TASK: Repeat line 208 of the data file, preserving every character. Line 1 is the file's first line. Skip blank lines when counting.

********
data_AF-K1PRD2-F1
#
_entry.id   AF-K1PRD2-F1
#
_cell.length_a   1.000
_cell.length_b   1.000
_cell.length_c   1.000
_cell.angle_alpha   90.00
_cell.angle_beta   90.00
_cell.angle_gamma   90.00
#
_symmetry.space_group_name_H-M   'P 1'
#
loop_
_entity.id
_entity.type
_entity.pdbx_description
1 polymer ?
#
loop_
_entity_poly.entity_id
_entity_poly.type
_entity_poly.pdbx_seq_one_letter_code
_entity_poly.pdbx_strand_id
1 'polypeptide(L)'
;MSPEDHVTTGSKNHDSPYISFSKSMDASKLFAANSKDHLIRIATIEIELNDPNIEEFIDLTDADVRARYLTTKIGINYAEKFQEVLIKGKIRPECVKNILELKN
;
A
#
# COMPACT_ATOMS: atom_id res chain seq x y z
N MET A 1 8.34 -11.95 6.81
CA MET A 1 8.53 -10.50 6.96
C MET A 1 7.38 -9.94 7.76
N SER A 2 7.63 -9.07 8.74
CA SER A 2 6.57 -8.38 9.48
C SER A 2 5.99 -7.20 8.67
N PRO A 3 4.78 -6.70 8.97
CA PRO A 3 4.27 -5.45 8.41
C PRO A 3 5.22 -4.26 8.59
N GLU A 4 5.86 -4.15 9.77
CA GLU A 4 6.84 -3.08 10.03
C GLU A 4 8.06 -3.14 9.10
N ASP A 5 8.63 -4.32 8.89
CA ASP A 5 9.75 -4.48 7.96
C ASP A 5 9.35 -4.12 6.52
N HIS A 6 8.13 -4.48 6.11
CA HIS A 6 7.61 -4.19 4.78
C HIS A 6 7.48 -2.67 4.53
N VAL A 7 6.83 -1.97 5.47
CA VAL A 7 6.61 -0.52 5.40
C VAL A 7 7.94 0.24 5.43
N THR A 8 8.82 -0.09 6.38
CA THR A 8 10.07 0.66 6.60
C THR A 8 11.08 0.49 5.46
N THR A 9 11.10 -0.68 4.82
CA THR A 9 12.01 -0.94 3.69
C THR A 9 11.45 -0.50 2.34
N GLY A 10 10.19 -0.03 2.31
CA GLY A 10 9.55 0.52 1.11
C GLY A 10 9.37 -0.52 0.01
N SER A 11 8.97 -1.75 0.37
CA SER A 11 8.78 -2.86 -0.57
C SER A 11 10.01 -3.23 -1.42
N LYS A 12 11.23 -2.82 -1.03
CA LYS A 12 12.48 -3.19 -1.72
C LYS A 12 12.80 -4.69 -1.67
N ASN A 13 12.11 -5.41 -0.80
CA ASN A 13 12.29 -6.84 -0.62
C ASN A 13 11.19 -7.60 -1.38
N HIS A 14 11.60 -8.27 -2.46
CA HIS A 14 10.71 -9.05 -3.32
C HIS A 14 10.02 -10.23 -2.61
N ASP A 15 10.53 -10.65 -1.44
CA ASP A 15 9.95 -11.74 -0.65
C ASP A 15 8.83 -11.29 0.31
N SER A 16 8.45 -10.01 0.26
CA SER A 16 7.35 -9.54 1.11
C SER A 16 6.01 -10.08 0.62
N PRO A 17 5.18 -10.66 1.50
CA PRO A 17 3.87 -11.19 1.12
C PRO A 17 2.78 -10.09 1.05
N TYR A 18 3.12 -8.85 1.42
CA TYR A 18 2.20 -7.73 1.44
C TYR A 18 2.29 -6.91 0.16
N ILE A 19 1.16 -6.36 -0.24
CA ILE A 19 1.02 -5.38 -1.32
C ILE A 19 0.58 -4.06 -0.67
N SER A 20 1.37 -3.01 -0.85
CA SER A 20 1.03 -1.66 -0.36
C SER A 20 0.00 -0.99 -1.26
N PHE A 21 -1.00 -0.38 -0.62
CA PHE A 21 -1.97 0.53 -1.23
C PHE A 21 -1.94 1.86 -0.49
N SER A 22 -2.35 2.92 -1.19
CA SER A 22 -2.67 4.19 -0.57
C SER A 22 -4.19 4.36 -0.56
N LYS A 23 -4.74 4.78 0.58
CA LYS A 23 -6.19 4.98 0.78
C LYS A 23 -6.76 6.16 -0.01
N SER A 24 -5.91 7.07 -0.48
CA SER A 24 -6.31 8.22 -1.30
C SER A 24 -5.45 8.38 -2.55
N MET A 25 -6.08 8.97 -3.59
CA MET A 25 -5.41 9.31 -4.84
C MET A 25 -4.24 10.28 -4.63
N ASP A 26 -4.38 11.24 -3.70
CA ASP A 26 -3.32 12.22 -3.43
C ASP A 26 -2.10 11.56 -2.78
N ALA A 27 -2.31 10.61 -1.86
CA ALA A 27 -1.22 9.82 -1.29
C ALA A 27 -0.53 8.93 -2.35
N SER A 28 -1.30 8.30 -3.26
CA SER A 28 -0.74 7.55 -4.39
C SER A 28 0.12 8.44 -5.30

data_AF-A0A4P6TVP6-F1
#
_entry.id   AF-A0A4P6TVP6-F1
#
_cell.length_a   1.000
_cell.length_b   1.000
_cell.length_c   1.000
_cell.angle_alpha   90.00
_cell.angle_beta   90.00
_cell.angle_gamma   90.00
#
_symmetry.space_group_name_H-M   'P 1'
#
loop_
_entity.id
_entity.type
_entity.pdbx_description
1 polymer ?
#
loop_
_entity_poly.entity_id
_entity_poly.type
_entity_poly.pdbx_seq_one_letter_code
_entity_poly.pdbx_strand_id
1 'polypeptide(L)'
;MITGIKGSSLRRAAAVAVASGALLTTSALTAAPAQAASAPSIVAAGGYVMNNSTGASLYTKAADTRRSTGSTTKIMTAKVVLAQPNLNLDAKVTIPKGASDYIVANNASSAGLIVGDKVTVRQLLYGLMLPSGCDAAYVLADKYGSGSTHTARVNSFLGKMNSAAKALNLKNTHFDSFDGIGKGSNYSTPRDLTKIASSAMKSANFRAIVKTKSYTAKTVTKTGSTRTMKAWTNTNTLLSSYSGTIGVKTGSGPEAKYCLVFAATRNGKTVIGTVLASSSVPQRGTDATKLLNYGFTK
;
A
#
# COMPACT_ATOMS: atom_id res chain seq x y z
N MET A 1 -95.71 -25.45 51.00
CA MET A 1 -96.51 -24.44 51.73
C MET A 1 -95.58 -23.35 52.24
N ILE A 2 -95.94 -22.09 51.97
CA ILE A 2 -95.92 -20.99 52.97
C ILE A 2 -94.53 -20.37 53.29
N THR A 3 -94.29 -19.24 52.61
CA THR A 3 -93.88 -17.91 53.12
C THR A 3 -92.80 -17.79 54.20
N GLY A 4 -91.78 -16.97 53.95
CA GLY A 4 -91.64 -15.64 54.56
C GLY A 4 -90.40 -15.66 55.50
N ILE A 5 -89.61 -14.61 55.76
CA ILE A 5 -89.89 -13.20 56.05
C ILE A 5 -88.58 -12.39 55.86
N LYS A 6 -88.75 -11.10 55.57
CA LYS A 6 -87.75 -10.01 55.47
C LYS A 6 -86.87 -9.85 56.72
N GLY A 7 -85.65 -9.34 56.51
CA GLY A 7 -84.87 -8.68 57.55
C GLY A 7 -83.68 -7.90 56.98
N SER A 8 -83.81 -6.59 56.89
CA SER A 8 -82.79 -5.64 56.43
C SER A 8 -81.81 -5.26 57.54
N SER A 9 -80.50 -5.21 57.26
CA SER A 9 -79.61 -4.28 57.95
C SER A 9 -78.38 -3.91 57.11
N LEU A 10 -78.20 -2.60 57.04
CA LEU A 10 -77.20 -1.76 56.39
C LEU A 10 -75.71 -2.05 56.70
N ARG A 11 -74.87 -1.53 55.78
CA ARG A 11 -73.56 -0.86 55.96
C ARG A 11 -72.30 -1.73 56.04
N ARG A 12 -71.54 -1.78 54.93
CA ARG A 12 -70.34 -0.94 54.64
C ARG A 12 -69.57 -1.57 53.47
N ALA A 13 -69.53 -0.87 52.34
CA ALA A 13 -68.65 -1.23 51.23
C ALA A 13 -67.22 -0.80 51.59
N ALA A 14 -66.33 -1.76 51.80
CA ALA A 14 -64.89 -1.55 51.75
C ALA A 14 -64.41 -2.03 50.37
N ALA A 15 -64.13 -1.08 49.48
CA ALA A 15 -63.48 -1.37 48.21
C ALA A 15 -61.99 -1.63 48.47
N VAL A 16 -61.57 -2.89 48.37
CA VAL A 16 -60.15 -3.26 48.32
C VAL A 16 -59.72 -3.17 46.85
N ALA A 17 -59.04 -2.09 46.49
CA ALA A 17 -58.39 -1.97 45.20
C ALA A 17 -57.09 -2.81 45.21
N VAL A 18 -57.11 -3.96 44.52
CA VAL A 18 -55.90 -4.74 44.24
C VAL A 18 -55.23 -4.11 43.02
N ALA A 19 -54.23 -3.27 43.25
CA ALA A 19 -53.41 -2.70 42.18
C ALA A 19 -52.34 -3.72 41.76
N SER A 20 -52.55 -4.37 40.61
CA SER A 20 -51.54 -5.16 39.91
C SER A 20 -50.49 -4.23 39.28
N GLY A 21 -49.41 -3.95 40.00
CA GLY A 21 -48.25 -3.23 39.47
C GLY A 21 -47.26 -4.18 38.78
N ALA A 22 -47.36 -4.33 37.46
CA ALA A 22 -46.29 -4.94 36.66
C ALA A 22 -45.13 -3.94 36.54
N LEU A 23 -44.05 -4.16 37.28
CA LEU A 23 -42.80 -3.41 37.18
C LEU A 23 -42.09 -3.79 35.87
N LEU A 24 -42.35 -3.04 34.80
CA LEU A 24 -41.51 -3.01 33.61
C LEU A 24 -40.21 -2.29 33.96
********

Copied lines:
N ALA A 22 -47.36 -4.33 37.46